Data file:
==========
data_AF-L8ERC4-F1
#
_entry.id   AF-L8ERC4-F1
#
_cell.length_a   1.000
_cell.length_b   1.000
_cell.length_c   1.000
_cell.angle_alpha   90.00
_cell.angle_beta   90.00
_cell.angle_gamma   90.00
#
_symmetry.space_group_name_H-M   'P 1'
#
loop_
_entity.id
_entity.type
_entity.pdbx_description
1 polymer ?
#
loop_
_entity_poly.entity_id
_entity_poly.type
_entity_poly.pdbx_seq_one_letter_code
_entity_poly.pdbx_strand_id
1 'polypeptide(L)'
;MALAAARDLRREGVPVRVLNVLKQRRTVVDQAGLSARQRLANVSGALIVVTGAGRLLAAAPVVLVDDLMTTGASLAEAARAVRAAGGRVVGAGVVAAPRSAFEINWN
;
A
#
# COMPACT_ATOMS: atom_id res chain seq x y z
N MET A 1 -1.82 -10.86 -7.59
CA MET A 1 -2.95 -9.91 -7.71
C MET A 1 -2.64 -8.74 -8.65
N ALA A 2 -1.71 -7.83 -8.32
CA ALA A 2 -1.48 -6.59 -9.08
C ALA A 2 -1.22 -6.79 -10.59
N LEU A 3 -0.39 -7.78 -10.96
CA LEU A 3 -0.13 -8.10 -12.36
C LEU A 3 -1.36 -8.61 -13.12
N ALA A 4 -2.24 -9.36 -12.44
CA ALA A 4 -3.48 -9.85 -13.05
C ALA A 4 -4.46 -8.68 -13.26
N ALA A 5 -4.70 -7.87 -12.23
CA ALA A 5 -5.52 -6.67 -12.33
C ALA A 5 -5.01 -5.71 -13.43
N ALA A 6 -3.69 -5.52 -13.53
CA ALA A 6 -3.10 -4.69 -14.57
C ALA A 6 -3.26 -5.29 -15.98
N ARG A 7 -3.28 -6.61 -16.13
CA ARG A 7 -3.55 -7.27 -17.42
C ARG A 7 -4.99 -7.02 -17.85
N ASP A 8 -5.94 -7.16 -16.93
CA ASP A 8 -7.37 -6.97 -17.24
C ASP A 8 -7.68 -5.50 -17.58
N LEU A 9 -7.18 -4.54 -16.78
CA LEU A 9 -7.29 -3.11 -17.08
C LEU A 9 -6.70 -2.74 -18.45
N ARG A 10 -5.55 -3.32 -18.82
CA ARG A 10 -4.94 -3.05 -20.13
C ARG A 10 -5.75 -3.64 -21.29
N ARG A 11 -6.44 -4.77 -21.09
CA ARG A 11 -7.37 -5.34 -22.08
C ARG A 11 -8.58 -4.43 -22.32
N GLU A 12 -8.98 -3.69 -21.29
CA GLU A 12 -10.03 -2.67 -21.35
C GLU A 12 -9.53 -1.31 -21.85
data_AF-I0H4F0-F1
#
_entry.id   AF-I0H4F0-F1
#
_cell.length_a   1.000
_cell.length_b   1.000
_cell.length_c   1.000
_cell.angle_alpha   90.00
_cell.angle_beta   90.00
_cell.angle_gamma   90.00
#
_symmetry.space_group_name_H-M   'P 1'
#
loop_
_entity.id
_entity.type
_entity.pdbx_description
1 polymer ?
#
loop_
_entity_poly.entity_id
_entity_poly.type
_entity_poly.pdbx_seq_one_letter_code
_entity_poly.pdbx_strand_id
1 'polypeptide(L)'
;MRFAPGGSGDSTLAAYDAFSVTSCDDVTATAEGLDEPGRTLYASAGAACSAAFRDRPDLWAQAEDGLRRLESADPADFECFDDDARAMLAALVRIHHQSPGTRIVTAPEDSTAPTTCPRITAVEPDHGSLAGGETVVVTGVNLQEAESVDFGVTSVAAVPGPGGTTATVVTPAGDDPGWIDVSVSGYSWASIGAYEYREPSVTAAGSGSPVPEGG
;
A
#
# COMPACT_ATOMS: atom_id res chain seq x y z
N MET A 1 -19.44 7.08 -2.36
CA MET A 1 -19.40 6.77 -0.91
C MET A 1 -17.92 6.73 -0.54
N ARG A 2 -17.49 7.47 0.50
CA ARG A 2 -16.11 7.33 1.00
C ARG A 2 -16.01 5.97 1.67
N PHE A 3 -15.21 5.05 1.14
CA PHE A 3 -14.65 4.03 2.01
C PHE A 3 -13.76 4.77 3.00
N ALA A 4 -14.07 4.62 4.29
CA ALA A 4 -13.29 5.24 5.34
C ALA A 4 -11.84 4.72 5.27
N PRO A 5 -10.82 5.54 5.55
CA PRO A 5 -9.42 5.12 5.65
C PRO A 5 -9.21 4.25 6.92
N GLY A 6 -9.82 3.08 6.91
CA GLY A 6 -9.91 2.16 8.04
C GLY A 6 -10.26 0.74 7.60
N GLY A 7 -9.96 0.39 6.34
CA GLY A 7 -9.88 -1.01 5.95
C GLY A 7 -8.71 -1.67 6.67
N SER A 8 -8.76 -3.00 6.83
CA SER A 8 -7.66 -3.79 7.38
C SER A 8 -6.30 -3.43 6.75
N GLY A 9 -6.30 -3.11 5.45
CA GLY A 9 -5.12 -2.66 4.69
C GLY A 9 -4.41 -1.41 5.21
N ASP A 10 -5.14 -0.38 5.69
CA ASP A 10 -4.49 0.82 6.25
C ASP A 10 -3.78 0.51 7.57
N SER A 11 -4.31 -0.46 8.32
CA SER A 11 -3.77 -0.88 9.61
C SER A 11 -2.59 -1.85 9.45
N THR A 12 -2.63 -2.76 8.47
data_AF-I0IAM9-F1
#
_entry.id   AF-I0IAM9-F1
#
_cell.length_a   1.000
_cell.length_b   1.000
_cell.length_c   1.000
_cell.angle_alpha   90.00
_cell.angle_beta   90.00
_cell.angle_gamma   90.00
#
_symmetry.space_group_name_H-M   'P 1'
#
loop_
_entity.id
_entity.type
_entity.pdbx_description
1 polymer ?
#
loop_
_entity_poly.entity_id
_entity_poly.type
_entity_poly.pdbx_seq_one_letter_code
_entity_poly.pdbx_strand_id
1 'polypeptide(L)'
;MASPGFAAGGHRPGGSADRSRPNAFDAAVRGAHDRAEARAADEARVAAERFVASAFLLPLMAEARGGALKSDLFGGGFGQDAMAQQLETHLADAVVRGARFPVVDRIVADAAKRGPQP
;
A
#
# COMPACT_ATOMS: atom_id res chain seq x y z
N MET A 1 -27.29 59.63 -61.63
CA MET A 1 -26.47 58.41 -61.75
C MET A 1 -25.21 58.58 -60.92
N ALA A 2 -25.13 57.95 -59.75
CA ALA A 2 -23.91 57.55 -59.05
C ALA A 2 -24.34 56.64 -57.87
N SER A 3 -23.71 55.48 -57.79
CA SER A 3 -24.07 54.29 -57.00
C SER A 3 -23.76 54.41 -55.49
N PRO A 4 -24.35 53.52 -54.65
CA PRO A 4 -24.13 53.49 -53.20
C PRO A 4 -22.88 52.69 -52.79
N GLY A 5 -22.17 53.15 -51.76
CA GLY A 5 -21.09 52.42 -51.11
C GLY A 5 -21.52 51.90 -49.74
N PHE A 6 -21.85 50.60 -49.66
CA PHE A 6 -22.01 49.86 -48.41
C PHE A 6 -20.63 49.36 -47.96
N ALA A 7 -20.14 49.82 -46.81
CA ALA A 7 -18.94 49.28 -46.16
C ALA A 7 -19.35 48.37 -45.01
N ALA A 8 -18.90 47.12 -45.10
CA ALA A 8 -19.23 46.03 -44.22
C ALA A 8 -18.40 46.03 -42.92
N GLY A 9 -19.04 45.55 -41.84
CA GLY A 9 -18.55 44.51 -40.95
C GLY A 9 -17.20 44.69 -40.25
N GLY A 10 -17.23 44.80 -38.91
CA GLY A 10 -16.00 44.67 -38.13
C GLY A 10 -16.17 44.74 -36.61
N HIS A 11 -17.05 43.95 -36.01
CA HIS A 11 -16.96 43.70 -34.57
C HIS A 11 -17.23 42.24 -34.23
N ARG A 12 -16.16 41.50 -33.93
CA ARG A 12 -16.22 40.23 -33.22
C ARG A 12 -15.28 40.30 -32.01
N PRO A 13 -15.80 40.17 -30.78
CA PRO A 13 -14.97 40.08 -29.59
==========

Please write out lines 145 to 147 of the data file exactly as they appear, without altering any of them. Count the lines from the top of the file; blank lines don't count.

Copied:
_entity.id
_entity.type
_entity.pdbx_description